Some of the initiatives of self-defense that are suggested entail:
- · Organizing Cop or Police Watch forces that canvass communities and directly monitor police practice, document police harassment (i.e. racial profiling, stop and frisk, etc.) and abuse, and serve as deterrence against police terrorism, particularly in communities of oppressed peoples.
- · Organize Peoples Self-Defense Coalitions and Campaigns that seek to: a) educate communities to know their fundamental human rights and their basic civil rights as a means of providing protection against police and other forms of state terrorism (i.e. surveillance, entrapment, etc.), b) create legal coalitions and clinics to partner with Cop or Police Watch forces to fight cases of police terrorism, and c) serve as an organizing base to launch local legislative campaigns and initiatives.
- · Organize People’s Hearings or Tribunals to thoroughly document local incidences of police terrorism and state repression to continue to educate and inform local communities and to gather evidence that can be used to pursue legal remedies both domestically (in US courts) and internationally (through Inter-American Commission or the United Nations) the and to reinforce demands of various organizing campaigns.
Some of the offensive campaign initiatives suggested entail:
· Campaign for City, County, or State level Plans of Action for Racial Justice that would entail:
o The creation of comprehensive Police Control Boards, that are elected by local communities and possess definitive authority over the police, including the power to fire and take legal and other corrective action against the police for violations of human rights.
o Local control ordinances and legislation that would specifically stop repressive policies like “stop and frisk”, racial profiling, programs like secure communities or S COMM of Homeland Security, and local law enforcement collaboration with Fusion Centers.
o The creation of Human Rights Commissions that would legally be empowered to ensure that local, state, and regional laws and practices comply with international law and standards of protection for oppressed peoples and groups (racialized communities, Indigenous peoples, oppressed peoples and nations, immigrants, etc.).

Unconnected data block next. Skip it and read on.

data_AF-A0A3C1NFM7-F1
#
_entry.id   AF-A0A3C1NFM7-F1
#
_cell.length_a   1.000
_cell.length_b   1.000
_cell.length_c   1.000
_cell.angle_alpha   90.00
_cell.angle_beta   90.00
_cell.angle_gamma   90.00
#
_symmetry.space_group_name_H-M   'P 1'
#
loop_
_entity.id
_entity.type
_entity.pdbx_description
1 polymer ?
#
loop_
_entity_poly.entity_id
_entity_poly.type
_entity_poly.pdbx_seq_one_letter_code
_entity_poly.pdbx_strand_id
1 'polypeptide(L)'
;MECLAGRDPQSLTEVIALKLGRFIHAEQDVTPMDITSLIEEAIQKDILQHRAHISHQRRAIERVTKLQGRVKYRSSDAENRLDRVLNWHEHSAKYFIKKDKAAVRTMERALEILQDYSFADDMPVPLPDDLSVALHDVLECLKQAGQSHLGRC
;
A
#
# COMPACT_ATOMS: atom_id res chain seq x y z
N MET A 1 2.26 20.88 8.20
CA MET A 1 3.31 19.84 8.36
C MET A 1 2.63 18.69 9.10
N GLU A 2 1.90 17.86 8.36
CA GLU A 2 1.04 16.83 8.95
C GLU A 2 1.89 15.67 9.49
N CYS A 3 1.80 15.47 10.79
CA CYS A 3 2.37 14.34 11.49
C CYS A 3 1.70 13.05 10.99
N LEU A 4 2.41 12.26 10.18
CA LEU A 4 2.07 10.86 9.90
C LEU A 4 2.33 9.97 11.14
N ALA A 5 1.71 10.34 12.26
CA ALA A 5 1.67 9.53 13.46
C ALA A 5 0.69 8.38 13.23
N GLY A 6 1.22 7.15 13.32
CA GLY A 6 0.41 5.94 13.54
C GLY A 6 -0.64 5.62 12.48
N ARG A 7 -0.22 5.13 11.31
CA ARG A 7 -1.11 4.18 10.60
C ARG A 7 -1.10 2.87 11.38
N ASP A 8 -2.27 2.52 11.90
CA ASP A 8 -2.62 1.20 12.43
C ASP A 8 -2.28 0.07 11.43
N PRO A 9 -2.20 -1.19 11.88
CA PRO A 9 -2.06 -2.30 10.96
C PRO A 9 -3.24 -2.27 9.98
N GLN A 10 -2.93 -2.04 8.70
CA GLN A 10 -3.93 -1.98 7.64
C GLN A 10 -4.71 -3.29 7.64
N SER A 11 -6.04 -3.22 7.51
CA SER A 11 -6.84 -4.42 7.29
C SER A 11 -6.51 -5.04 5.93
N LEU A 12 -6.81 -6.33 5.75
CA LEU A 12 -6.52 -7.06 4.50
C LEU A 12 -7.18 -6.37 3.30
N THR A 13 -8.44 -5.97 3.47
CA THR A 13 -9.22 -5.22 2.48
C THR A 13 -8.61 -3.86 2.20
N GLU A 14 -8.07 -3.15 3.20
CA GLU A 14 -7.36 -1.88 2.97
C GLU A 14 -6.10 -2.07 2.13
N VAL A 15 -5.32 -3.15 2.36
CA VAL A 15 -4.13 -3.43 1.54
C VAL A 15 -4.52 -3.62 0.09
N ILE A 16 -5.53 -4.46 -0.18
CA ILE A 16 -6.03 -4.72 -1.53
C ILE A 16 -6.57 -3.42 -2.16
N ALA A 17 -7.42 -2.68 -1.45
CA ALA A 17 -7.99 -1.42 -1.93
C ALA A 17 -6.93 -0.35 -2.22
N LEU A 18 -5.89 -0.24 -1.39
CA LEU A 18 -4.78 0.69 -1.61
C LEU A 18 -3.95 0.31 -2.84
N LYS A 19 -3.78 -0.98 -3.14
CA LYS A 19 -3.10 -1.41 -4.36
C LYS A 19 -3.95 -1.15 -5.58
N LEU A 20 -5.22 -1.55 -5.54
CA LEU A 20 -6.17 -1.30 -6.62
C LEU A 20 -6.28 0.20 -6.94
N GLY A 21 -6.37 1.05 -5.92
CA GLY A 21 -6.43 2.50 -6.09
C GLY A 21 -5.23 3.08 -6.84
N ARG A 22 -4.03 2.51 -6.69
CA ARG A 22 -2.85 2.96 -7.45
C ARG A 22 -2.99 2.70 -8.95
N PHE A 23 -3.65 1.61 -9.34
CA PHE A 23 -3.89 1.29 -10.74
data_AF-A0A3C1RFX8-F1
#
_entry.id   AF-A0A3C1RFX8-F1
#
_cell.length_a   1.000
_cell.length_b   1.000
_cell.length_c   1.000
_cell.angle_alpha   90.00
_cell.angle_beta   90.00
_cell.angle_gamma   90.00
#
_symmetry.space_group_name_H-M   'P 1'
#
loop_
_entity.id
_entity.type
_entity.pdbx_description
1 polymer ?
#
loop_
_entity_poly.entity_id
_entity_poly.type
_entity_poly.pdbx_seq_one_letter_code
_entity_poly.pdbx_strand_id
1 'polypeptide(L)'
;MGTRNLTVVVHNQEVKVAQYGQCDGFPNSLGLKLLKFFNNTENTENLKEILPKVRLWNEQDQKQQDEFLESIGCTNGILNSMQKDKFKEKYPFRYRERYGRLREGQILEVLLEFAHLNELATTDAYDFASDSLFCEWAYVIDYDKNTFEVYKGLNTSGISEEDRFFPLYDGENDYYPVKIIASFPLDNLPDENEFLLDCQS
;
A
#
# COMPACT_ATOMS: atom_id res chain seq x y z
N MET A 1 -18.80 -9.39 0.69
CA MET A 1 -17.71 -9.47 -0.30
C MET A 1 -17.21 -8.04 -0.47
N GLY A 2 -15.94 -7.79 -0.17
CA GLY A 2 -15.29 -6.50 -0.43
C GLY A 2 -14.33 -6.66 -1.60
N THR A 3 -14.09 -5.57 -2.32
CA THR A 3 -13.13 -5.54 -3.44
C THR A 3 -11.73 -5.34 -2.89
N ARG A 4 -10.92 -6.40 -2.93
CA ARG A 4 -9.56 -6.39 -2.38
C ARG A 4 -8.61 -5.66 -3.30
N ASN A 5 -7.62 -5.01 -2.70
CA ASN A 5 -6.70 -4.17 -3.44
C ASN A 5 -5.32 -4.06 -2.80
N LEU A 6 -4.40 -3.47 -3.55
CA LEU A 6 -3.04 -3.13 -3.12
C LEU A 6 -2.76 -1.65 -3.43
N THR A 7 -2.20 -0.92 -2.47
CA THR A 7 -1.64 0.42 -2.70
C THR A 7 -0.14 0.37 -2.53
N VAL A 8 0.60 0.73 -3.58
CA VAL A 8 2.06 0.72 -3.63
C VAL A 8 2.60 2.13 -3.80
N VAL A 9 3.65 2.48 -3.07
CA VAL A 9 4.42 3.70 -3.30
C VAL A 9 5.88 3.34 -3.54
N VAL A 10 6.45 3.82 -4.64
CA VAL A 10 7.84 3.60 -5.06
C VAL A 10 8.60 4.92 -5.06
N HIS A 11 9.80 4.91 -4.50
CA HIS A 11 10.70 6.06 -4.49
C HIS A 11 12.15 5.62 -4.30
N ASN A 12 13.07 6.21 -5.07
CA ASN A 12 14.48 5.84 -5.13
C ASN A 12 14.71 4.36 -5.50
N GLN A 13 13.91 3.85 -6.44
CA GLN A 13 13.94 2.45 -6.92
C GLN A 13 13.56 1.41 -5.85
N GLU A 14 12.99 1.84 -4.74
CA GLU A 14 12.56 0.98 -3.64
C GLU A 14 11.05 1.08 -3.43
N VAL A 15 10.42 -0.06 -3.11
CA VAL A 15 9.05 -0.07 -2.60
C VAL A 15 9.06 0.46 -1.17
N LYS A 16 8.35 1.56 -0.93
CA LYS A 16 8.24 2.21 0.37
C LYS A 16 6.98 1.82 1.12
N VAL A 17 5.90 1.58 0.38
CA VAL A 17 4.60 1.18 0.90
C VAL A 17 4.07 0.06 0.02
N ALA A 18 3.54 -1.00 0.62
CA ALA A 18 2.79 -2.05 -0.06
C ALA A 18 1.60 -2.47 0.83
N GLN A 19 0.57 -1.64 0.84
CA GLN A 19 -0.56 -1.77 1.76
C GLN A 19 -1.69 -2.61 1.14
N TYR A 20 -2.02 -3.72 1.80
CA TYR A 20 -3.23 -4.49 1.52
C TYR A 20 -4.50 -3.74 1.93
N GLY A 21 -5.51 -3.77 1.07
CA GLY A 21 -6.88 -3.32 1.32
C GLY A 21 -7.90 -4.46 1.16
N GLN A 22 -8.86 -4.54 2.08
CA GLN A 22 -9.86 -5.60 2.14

o The creation of Human Rights Charters for city, county, and state governments that refashion the articles of incorporation and constitutions that establish the legal framework for these entities to ensure maximum protections for Indigenous and oppressed peoples residing in these locales.
These are just a few ways in which the demand for a National Plan of Action for Racial Justice can be and is relevant to local, statewide, and regional struggles for social justice. The Malcolm X Grassroots Movement (MXGM), Black Left Unity Network (BLUN), and the National Alliance for Racial Justice and Human Rights (NARJHR) calls on every individual, organization, coalition, alliance, or network that believes in racial justice and is fighting to liberate oppressed peoples in this country to join us in the effort to fight for a National Plan of Action for Racial Justice to ensure that there are NO MORE TRAYVON MARTINS.
For more information on the No More Trayvon Martins Campaign visit www.mxgm.org.
To sign the petition for a National Plan of Action for Racial Justice visit http://mxgm.org/trayvon-martin-is-all-of-us/.
To endorse the campaign email firstname.lastname@example.org. To get started on organizing on its behalf see the tasks outlined in our Appeal Letter at http://mxgm.org/no-more-trayvon-martins-campaign-appeal/.
 For more background on what Fusion Centers are visit http://www.aclu.org/technology-and-liberty/whats-wrong-fusion-centers-executive-summary.
Friday, May 18, 2012
This week we paid tribute to Malcolm X (May 19, 1925 – Feb. 21, 1965) and Chuck Brown (August 22, 1936 – May 16, 2012). We invited Kali Akuno, Eugene Puryear, Raymond Winbush, Herb Boyd and Todd Steven Burroughs all to discuss our work that responds to Manning Marable’s final award-winning book on Malcolm X and we re-aired portions of the late Gil Noble’s Like It Is tribute to Malcolm X. Noble’s program was brilliant and portions we aired today included rarely-heard interviews with Malcolm’s brother Wilfred Little and family lawyer Percy Sutton, as well as, some equally rare audio of Malcolm himself. In between we honored the legendary Godfather of Go-Go, Chuck Brown. This was a fun and an extended special edition of The Super Funky Soul Power Hour!